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Apem. The most accursed thou', that still omit'st it.
Apem. Shouldst have kept one to thyself, for I mean to give thee none.
1 Lord. Hang thyself.
Apem. No, I will do nothing at thy bidding: make thy requests to thy friend.
2 Lord. Away, unpeaceable dogo! or I'll spurn thee hence. Apem. I will fly, like a dog, the heels of the ass.
[Exit. 1 Lord. He's opposite to humanity. Come, shall we in, And taste lord Timon's bounty ? he outgoes The very heart of kindness.
2 Lord. He pours it out; Plutus, the god of gold, Is but his steward: no meed', but he repays Sevenfold above itself; no gift to him, But breeds the giver a return, exceeding All use of quittance". 1 Lord.
The noblest mind he carries, That ever govern'd man.
2 Lord. Long may he live in fortunes ! Shall we in ? 1 Lord. I'll keep you company.
7 The most accursed thou,] “ The more accursed thou" in the corr. fo. 1632, but we make no alteration, because Apemantus may have wished to make it appear that the 1 Lord was superlatively accursed.
8 Away, UNPEACEABLE dog!] So all the folios, and “unpeaceable” may have been Shakespeare's epithet, but the corr. fo. 1632 tells us to read unappeasable, which on some accounts seems the more appropriate word. We are not aware that any change of “unpeaceable” has hitherto been proposed.
9 - no MEED,) i. e. No desert. See Vol. iv. pp. 136 and 194 for similar uses of the word, which generally signifies reward. In this respect Shakespeare was not peculiar : it was the language of his time, as many instances would establish. T. Heywood, in his “ Silver Age," 1613, employs to meed as to deserve :
“ And yet thy body meeds a better grave." According to Richardson's Dict., Sir Thomas Wyatt also uses the verb medeth, but we recollect no other example.
10 All use of quittance.] Possibly, we ought to read “All use or quittance," meaning all interest or payment of the principal. “Of” and or were not unfrequently confounded, and “use of quittance" is hardly intelligible ; but we have no authority for the alteration.
The Same. A Room of State in TIMON's House.
Hautboys playing loud music. A great banquet serred in;
Flavius and others attending : then, enter Timon, ALCIBI-
Oh! by no means,
gave it freely ever; and there's none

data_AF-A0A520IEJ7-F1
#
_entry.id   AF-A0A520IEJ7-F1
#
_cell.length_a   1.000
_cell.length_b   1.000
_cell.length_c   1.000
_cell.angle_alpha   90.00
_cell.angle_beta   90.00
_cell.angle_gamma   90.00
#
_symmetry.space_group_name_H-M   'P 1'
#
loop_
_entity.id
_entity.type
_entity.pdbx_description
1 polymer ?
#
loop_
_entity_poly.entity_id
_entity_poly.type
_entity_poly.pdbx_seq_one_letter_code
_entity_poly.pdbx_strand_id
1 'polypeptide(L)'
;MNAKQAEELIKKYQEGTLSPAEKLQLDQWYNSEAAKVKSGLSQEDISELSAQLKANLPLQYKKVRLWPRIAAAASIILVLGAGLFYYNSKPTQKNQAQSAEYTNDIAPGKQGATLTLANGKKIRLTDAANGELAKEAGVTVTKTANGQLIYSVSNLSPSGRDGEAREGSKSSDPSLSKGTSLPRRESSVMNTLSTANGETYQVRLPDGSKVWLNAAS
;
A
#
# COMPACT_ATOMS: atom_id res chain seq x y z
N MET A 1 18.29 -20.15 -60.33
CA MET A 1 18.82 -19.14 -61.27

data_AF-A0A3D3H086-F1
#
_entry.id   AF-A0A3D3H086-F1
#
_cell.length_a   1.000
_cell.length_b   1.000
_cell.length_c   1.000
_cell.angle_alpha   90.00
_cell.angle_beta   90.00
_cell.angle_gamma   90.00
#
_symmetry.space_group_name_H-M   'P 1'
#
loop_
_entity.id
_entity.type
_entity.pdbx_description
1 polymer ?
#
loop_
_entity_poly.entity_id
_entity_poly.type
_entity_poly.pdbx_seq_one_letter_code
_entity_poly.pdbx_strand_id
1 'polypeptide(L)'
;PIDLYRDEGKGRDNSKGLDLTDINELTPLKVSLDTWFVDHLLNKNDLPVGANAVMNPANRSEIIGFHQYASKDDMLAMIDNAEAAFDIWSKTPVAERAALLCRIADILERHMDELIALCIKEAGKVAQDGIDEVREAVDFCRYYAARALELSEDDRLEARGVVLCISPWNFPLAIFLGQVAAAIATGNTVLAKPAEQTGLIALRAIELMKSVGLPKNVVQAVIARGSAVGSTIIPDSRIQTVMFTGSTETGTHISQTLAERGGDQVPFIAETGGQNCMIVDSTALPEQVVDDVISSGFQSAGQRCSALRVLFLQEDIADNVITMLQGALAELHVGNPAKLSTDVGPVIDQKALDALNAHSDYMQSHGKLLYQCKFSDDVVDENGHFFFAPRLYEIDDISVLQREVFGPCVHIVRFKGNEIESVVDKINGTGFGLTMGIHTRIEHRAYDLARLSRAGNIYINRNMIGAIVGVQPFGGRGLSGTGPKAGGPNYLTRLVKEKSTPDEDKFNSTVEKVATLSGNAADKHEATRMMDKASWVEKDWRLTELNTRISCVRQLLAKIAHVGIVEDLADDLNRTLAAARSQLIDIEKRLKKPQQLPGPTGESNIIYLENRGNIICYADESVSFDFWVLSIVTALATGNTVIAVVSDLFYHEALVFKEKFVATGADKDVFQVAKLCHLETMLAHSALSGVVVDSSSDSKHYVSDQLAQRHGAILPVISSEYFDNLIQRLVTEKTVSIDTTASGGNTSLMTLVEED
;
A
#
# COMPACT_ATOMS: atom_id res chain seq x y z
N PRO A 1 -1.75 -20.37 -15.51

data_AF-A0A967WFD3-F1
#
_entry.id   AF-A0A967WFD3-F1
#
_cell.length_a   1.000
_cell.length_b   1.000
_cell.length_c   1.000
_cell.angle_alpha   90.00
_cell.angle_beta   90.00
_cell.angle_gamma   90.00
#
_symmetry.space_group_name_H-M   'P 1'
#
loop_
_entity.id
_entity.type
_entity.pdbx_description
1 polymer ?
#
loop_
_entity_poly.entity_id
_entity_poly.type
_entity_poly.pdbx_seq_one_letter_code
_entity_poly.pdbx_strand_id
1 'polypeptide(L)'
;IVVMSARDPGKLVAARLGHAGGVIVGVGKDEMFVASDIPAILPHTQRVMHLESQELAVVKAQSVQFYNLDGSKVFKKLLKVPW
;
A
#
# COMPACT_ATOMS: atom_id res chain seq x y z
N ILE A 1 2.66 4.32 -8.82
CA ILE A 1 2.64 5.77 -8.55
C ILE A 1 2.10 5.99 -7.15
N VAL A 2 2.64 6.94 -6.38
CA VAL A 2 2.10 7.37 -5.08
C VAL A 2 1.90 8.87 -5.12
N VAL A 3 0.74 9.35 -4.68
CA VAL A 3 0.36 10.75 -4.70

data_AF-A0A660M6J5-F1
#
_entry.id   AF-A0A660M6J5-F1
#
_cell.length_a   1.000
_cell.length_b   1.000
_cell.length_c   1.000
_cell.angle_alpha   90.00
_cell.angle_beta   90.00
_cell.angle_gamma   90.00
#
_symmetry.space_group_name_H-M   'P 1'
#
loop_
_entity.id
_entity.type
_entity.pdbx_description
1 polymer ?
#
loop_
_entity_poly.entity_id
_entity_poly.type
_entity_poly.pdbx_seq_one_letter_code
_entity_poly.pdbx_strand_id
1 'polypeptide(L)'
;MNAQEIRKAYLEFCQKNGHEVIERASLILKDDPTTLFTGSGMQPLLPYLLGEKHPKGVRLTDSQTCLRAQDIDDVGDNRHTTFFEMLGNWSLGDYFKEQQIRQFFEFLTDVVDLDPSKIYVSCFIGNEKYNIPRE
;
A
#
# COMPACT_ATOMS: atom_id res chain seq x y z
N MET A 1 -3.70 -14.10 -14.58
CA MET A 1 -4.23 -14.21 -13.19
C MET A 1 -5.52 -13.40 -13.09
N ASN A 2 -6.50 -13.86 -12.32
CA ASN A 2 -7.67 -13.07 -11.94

Ven. A noble spirit !
Nay, my lords,
[They sit. 1 Lord. My lord, we always have confess’d it. Apem. Ho, ho! confess'd it? hang'd it, have you not ? Tim. Oh, Apemantus !-you are welcome.
Apem. No, you shall not make me welcome: I come to have thee thrust me out of doors.
Tim. Fie! thou’rt a churl : you have got a humour there Does not become a man; 'tis much to blame.They say, my lords, ira furor breris est,
But yond' man is ever angry!:
Apem. Let me stay at thine apperil ’, Timon :
Tim. I take no heed of thee; thou art an Athenian, therefore, welcome. I myself would have no power ; pr’ythee, let my meat make thee silent.
Apem. I scorn thy meat ; 'twould choke me, for I should ne'er flatter thee.-Oh you gods! what a number of men eat Timon, and he sees them not! It grieves me, to see so many dip their meat in one man's blood; and all the madness is, he cheers them up too. I wonder, men dare trust themselves with men : Methinks, they should invite them without knives; Good for their meat, and safer for their lives. There's much example for't; the fellow, that sits next him now, parts bread with him, and pledges the breath of him in a divided draught, is the readiest man to kill him: it has been proved. If I were a huge man, I should fear to drink at meals, Lest they should spy my windpipe's dangerous notes : Great men should drink with harness on their throats 3.
Tim. My lord, in heart“; and let the health go round.
1 But yond' man is Ever angry.] "Very angry" in the folios. Rowe made the change, which seems necessary, and the Rev. Mr. Dyce (“ Remarks,” p. 178) supplies the following quotation in support of it from Beaumont and Fletcher's “ Valentinian," A. iii. sc. 3:
If my good master be not ever angry,
You shall command again.”
2 — at thine APPERIL,] This word occurs in the same sense three times in Ben Jonson. See Works, by Gifford, Vol. v. p. 137 ; vi. pp. 117 and 159. It also is met with in “ The Case is Altered,” which, though printed in 1609, Ben Jonson did not include in the folio of his productions. Apperil” is also used by Middleton, in his “ Michaelmas Term," 1607, edit. Dyce, Vol. i. p. 427.